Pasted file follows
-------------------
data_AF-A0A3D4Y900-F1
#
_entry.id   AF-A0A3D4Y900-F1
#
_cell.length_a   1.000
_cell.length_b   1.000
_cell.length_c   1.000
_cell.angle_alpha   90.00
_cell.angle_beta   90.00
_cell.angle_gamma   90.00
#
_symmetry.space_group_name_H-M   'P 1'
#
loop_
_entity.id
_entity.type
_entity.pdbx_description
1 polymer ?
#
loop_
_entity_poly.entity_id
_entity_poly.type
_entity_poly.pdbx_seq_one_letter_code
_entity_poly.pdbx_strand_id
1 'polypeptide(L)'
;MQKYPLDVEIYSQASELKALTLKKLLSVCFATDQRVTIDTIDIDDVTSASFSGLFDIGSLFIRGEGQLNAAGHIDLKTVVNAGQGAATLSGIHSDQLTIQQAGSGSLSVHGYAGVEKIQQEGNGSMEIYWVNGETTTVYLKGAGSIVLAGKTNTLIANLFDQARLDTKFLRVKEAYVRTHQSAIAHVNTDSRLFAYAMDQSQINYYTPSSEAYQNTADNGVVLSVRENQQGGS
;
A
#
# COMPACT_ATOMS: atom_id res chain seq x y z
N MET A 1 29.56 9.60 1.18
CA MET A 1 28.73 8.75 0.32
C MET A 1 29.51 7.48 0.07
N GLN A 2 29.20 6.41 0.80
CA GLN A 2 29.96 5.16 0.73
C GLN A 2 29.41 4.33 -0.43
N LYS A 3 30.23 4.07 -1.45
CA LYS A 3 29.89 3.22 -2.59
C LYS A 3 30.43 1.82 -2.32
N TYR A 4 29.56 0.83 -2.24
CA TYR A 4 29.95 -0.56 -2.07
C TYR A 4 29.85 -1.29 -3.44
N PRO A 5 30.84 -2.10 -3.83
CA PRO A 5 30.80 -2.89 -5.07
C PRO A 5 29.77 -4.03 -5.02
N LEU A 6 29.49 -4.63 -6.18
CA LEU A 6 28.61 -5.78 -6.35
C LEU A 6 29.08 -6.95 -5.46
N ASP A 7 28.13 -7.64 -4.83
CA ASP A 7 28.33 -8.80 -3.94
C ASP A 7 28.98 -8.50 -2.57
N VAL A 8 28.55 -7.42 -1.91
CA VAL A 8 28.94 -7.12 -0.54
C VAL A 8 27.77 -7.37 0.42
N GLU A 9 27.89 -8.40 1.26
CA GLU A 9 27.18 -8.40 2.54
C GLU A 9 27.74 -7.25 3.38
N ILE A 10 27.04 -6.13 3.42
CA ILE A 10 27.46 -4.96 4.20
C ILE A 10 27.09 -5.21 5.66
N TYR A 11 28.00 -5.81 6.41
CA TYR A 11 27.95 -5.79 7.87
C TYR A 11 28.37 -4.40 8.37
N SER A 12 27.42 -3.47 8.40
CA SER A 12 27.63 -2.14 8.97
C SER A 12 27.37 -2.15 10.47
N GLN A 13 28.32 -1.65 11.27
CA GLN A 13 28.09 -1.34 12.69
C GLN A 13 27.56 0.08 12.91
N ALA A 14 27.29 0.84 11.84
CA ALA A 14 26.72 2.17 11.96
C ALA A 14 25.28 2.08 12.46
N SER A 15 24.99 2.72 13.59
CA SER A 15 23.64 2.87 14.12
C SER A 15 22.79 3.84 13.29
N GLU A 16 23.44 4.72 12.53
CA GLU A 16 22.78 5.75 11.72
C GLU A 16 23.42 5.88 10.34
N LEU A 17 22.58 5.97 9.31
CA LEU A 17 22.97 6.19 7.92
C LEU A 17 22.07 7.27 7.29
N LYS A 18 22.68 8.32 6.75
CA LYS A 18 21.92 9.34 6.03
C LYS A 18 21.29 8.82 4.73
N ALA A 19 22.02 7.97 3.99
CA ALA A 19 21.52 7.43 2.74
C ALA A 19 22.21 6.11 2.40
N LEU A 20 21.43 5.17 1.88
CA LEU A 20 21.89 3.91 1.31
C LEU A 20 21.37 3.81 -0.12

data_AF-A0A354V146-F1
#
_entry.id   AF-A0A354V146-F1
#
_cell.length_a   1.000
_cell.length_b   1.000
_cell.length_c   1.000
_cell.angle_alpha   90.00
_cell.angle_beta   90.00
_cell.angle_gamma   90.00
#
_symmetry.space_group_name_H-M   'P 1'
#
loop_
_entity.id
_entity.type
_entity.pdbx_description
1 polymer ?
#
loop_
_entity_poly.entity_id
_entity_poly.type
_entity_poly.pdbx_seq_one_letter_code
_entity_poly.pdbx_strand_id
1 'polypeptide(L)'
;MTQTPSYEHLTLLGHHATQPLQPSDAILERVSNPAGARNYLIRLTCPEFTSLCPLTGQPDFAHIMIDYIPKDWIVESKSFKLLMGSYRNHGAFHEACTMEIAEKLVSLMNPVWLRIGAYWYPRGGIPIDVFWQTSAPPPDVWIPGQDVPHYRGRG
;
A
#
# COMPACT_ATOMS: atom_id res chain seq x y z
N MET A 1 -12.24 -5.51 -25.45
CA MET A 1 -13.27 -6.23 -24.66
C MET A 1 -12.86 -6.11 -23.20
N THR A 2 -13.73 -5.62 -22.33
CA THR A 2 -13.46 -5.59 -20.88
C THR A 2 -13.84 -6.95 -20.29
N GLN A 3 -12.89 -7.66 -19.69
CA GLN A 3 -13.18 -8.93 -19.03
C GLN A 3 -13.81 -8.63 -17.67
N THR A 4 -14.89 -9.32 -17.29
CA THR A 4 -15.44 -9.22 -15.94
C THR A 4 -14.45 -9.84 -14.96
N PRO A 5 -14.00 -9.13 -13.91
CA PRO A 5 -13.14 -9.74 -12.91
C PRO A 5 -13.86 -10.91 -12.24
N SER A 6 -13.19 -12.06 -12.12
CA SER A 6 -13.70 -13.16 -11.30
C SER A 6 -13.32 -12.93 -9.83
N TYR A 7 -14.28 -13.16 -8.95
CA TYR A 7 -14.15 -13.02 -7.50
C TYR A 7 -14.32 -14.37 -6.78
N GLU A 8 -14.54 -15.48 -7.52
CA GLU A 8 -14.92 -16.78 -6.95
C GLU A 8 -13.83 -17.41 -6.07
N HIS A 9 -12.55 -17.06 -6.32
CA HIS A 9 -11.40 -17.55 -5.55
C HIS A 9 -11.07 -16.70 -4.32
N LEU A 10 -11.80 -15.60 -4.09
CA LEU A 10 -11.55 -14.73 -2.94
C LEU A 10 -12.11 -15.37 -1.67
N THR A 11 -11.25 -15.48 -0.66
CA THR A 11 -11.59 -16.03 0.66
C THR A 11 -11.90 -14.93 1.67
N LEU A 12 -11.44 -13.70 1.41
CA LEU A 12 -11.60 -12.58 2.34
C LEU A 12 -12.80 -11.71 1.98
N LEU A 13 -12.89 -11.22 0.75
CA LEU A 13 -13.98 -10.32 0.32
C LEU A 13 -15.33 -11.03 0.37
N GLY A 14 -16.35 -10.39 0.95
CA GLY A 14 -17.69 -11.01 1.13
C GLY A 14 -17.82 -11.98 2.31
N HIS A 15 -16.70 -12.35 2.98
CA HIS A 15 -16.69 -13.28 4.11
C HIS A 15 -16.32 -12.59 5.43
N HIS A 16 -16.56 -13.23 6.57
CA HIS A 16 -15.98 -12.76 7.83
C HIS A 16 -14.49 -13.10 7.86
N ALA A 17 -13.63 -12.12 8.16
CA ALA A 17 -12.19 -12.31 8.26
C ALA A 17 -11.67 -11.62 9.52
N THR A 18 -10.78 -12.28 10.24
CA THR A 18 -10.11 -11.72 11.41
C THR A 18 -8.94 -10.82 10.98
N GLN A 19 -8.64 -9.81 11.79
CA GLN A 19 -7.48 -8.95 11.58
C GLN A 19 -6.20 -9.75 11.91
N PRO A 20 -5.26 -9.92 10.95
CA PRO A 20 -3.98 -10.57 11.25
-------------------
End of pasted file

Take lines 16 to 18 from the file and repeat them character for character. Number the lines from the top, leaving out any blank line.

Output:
_entity.type
_entity.pdbx_description
1 polymer ?